7. Learned Counsel for the Union of India, relied upon the case of Pratappur Co. v. Cane Commissioner Bihar : AIR1969All105 , in which it was held that under Article 226(1-A) of the Constitution of India a High Court is competent to issue a writ against any Government Authority or persons situated or residing outside its territory or jurisdiction provided it is established that the cause of action for the relief claimed arose wholly or partly within its territorial jurisdiction. In this case validity of certain orders passed by the Cane Commissioner. Bihar at Patna were challenged by one of the orders, the Cane Commissioner superseded his earlier order Passed under Section 6(1) of Sugar Cane (Control) Order, 1966 in favour of the petitioner Sugar Factory situated in U.P. and reduced the number of villages (all situated in Bihar) constituting the reserved area of the factory, for purchase of sugar cane. This order was communicated to the petitioner factory in U.P. by another order of the same date which was not communicated to the petitioner. Certain villages which were directed to be excluded from petitioner's reserved area were allotted to the reserved area of another factory situated in Bihar. This Court held that merely because one of the orders was communicated to the petitioner in U.P. it did not mean that any part of cause of action arose in U.P. It is obvious that in that case, in order to successfully challenge the order passed by the Cane Commissioner Bihar at Patna it was not essential for the petitioner to establish or prove that the order excluding certain villages from its reserved area was communicated to it. This case, therefore does not support the contention of learned Counsel for the respondents. Accordingly, I overrule the Preliminary objection raised on behalf of the respondents.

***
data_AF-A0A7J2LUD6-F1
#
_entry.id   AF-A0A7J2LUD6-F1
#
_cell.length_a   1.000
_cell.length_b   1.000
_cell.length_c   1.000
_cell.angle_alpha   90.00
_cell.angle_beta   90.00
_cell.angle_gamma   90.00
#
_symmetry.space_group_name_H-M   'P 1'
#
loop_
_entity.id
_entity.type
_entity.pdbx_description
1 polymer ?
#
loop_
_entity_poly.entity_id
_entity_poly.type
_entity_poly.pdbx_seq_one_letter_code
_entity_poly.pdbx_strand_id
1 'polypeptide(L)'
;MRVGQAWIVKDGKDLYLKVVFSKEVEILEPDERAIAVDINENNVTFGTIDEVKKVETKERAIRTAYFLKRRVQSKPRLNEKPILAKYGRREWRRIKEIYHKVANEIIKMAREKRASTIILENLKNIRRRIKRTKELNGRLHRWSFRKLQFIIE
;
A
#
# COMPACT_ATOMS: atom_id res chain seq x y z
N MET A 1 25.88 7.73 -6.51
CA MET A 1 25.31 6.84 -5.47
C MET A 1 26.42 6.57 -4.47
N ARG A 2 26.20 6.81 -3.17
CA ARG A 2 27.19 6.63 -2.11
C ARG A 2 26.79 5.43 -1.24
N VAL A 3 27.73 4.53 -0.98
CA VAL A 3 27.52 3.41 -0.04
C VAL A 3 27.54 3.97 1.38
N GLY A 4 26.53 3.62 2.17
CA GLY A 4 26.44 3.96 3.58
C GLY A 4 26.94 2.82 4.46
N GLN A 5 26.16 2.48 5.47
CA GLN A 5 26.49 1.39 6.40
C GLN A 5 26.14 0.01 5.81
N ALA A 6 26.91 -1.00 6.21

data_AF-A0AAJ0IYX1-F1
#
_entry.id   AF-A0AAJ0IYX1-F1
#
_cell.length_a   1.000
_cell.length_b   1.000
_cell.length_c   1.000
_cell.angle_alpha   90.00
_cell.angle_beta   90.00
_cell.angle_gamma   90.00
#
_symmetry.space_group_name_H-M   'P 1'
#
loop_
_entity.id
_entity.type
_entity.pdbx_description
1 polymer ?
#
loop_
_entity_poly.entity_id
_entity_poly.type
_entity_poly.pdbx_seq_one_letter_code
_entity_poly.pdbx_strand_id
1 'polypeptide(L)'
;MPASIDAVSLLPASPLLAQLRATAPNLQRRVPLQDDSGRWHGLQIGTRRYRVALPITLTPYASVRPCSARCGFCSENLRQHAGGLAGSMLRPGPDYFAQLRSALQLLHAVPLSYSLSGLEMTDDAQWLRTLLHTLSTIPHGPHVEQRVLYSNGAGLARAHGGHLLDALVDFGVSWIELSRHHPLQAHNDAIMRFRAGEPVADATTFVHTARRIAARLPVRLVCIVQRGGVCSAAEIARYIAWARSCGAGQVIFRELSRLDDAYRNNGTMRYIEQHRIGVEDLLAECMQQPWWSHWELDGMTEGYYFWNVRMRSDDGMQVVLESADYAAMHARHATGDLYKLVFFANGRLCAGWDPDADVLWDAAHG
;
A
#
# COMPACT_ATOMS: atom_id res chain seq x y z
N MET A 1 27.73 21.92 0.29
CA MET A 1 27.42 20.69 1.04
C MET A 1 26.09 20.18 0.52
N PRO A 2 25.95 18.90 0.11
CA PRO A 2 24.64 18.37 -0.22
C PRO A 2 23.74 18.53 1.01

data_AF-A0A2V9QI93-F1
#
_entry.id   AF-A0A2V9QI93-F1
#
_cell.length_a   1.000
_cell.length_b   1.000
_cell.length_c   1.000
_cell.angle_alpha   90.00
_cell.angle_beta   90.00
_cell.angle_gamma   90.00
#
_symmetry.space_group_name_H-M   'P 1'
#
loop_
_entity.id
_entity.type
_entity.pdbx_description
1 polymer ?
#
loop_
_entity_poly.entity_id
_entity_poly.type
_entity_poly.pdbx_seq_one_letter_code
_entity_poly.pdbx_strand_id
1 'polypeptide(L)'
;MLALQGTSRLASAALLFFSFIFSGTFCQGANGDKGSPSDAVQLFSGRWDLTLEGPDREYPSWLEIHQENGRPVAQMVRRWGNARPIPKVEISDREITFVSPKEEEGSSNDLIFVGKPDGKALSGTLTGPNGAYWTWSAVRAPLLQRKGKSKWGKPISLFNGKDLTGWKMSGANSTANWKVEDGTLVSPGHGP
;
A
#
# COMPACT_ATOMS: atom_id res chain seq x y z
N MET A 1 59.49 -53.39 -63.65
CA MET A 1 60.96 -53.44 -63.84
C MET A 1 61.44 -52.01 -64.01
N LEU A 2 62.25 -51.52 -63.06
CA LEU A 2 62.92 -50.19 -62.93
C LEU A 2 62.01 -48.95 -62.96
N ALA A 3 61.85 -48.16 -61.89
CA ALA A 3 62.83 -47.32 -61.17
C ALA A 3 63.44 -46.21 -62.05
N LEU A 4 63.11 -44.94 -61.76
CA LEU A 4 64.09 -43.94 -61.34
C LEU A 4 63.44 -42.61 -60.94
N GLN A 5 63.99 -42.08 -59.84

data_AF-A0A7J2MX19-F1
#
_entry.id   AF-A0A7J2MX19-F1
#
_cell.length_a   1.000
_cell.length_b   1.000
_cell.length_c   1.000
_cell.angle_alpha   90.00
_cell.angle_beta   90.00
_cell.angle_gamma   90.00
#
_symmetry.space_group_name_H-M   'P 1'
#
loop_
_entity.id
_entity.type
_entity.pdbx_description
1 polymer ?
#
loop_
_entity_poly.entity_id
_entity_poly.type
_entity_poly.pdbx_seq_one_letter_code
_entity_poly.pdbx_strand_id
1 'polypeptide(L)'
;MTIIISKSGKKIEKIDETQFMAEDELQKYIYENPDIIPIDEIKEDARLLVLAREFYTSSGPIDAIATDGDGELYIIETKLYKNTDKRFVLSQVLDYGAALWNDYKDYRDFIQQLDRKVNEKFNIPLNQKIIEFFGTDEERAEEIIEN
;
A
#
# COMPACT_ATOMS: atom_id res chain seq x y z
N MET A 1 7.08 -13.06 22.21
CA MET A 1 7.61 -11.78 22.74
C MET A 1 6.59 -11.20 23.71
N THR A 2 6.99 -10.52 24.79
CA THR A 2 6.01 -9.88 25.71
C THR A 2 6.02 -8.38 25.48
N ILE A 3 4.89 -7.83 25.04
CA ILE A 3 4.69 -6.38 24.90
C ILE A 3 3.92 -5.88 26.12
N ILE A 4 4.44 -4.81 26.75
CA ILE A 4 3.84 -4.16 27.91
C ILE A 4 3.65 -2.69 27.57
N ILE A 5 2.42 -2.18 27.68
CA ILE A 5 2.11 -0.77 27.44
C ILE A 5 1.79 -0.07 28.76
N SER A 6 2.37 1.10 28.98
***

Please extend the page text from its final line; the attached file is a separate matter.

8. I now proceed to deal with the argument that, in the circumstances it is not open to the respondents to convene a second Court martial and to retry the petitioner. Section 120 of the Act lays down that when any person, subject to the Air Force Act has been acquitted or convicted of an offence by a Court martial or by a criminal Court or has been dealt with under Section 82 or Section 86 he shall not be liable to be tried again for the same offence by a Court martial or dealt with under the said section. In order to appreciate the ambit and mean-ins of the expression 'has been convicted or acquitted of an offence by a Court martial.' as used in Section 120 of the Act, it would be relevant to examine certain provisions relating to holding of proceeding by Court Martial and the manner in which they are to be dealt with Rule 70 of the Rules framed under the Air Force Act lays down that after the trial of an accused before a Court martial is over the Court is to deliberate on its findings in closed Court and the opinion of each member has to be taken separately on each charge. Rule 71(1) requires the Court martial to record its finding on every charge and except as mentioned in the Rules, the finding has to be recorded simply as a finding of 'guilty' or 'not guilty'. Rule 72 then requires that if the finding on all the charges is 'not guilty' the presiding officer is to date and sign the finding and such signature shall authenticate the whole proceedings. Similarly Rule 73 requires that if the finding on any charge is 'guilty' then the Court shall deliberate on the question of sentence to be imposed in the manner provided therein. After completing its deliberation on the question of sentence the Court under Rule 74 is required to pass only one sentence in respect of all the findings of which the accused has been found guilty and award of such sentence is deemed to be in respect of the offence in each charge in respect of which it can be given and not in respect of any offence in a charge in respect of which it cannot be given. According to Rule 76 after the sentence has been pronounced the presiding Officer is to date and sign the sentence and the proceedings, which have to be transmitted for confirmation. It is obvious that in the context a person is said to be convicted by a Court martial where it finds him guilty and acquitted where it finds him not guilty.